Think about it – since when has your preschooler been talking properly? How proficient is she in her language skills? For any average three-year-old preschooler, the answer to the first question will be anywhere between 6 months to a year. Considering your child has under one year’s experience only in using language as a tool, she might not be too proficient and skilled in it yet. Now, think about how long she has been using her senses. Since when has your baby been seeing, smelling, hearing, tasting, and feeling?
All her life!
Most experts believe children are wired to receive information through their sensory organs from very early infancy. This is the reason why you will find your preschooler going to feel a new object first before she talks about it. Much of the information received through their senses is likely to stay with them. Think about your oldest memories. More often than not, they are likely to revolve around a particular smell or tune that still holds the power to transport you back to those times.
Fun Games for Kids Linked to Cognitive Development in Them
As it is with memories, so is it with learning. Children (and adults) retain the most information when they make use of their senses to learn. Studies reveal that sensory play helps build nerve connections in the brain’s pathways, which then helps kids learn complex things more easily. No wonder then, experts strongly advocate the use of sensory play in preschoolers. Consider the example of learning to play a musical instrument like the guitar. Unless one gets to feel the instrument, touch and strum the strings, and hear the music coming out, no amount of telling them how to play is likely to yield results. Sensory play, including many fun games for kids, gives them the opportunity to investigate and learn without any preconceived knowledge. Thus, it helps refine cognitive, linguistic, social, emotional, creative, and physical skills in preschoolers.
Sensory Play Opens All Channels of Learning
Sensory play through fun games for kids has been found to be so effective because they open all channels of perceiving and taking in information. In other words, sensory play is that medium of teaching that triumphs hands-on experience over lecture. It is through fun games and other varied practices that children get to use their senses and engage in purposeful experiences.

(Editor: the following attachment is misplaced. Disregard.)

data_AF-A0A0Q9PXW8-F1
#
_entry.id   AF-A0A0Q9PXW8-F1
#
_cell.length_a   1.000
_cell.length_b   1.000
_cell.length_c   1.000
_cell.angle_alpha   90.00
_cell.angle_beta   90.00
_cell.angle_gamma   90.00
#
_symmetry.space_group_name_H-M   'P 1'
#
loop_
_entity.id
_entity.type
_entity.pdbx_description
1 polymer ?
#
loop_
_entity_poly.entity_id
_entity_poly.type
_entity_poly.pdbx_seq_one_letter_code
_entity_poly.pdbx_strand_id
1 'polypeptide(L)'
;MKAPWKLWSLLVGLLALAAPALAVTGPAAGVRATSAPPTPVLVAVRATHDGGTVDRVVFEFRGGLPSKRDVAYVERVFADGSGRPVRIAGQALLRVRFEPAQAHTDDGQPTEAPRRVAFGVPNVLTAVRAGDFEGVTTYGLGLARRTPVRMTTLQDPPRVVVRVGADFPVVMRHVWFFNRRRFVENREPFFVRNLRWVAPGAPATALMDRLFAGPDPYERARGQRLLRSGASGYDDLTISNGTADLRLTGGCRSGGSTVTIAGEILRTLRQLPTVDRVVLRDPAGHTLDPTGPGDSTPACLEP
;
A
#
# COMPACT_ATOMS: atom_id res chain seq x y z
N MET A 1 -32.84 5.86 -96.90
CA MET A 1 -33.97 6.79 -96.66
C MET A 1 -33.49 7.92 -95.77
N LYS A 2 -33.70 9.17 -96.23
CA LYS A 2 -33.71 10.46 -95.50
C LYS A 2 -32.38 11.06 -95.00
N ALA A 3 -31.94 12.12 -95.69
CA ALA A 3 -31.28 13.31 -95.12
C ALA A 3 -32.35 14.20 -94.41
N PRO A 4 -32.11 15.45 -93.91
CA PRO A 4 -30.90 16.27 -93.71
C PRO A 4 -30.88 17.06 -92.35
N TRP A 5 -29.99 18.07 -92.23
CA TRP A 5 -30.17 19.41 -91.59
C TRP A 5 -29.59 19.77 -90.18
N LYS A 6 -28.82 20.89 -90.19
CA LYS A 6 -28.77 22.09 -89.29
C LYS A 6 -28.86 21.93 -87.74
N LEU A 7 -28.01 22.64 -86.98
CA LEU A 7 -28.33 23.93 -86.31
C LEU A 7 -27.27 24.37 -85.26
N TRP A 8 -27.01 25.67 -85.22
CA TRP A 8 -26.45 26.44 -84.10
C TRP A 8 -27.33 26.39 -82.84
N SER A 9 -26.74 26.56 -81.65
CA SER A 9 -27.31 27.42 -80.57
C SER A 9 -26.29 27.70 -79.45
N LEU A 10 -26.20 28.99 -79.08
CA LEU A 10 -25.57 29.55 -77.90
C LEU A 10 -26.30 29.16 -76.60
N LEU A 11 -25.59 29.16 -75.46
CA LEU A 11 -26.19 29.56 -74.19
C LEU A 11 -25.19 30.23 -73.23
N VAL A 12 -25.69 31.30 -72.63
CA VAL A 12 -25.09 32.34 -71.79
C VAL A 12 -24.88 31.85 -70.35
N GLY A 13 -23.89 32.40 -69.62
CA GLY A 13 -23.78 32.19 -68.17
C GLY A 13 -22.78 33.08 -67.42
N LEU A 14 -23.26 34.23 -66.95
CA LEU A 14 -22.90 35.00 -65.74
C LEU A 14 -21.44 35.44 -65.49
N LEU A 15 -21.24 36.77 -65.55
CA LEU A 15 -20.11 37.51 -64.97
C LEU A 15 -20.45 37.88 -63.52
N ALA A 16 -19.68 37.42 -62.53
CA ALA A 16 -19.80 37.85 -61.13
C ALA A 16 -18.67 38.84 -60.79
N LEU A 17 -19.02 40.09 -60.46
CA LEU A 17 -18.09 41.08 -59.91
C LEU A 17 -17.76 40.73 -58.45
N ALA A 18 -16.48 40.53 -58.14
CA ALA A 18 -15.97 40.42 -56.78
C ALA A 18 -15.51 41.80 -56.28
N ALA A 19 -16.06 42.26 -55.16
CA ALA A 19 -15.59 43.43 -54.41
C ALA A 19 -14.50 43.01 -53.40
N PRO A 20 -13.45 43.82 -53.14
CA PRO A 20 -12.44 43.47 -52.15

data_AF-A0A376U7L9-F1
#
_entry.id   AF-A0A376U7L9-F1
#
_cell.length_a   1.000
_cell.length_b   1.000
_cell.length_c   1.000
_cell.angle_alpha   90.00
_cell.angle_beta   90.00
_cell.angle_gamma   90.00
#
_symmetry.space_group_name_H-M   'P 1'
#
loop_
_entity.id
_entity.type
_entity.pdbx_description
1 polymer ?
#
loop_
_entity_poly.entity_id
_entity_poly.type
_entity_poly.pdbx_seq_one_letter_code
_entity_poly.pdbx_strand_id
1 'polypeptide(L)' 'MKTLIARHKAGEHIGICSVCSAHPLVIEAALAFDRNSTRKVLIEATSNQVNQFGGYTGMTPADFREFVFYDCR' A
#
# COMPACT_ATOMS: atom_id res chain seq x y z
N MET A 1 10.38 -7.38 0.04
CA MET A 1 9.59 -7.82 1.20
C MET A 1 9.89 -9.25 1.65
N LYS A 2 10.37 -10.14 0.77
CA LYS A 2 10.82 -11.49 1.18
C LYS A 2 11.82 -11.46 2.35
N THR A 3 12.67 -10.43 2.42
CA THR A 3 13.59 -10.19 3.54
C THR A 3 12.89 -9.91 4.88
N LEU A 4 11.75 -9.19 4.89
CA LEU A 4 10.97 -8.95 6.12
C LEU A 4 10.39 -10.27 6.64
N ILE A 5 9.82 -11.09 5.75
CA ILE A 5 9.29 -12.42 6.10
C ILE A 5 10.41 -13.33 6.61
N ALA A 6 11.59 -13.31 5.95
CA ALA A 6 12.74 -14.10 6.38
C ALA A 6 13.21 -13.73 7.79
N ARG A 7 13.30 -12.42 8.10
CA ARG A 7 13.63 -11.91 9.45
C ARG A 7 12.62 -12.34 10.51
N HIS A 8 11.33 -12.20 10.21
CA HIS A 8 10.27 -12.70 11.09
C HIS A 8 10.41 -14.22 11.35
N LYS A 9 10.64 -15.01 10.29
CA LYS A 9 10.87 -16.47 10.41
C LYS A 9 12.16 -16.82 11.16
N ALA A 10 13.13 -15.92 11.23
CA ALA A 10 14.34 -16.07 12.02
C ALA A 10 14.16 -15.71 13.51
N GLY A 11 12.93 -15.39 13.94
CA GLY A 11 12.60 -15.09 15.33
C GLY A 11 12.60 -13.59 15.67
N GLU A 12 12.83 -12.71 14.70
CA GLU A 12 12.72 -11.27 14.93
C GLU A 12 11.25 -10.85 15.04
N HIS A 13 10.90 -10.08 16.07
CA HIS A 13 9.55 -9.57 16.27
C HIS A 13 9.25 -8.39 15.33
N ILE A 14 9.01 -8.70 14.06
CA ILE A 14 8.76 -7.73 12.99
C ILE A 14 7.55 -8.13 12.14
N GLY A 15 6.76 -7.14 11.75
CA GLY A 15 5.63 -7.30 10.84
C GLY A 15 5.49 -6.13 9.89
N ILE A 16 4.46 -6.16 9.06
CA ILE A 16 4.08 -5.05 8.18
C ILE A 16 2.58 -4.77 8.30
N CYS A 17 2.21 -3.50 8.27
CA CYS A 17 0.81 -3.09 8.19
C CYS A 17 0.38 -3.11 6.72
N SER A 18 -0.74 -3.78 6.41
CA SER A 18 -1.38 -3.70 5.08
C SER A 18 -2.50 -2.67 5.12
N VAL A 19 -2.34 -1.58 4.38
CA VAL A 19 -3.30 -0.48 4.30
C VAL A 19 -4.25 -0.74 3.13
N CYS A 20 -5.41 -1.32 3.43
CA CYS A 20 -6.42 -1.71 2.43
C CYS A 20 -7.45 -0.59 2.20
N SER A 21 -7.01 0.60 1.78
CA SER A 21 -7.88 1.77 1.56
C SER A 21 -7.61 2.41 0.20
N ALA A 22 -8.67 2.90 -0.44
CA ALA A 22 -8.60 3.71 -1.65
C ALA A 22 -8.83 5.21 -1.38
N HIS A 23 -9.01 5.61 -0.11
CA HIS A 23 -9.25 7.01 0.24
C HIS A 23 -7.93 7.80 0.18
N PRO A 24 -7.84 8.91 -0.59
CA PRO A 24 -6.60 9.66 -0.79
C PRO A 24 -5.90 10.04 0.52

While sensory play is beneficial for children of all ages as well as adults, it is most potent for preschoolers. Combine sensory experiences of your preschoolers with detailed talk on what they are observing and you are taking them one step closer to making language the tool to express what they feel and experience. Enhanced language skills also give the young ones the much needed confidence to further their social interactions. Thus, by helping preschoolers use language to express themselves as well as by boosting their confidence, sensory play helps build their linguistic, cognitive, social and emotional, and creative skill-sets.
Fun Games for Kids and Other Sensory Play Ideas
When talking about sensory play, the first thing that usually pops up in mind is sensory table found in many preschool establishments. It, however, is not the only place for kids to have a sensory experience. Most fun games for kids are a great way for them to have a multi-sense experience. Even at home, activities can go a long way in helping kids achieve this. A few minutes of games and activities that allow kids to feel different textures, hear different sounds, smell varied smells, see multiple colors, etc., are all sensory experiences that will ultimately help your preschooler learn more than hours of classroom teaching can.
Whether it is an ice cube melting in their hands, water drying from their bodies, the smell of their lunch, the sounds of water dripping from a tap or fun games for kids like shaking colored rice in a can, making castles with sand, etc., find ways and means to maximize the time your preschoolers spend in exploring their senses and indulging in sensory play to encourage wholesome development in them.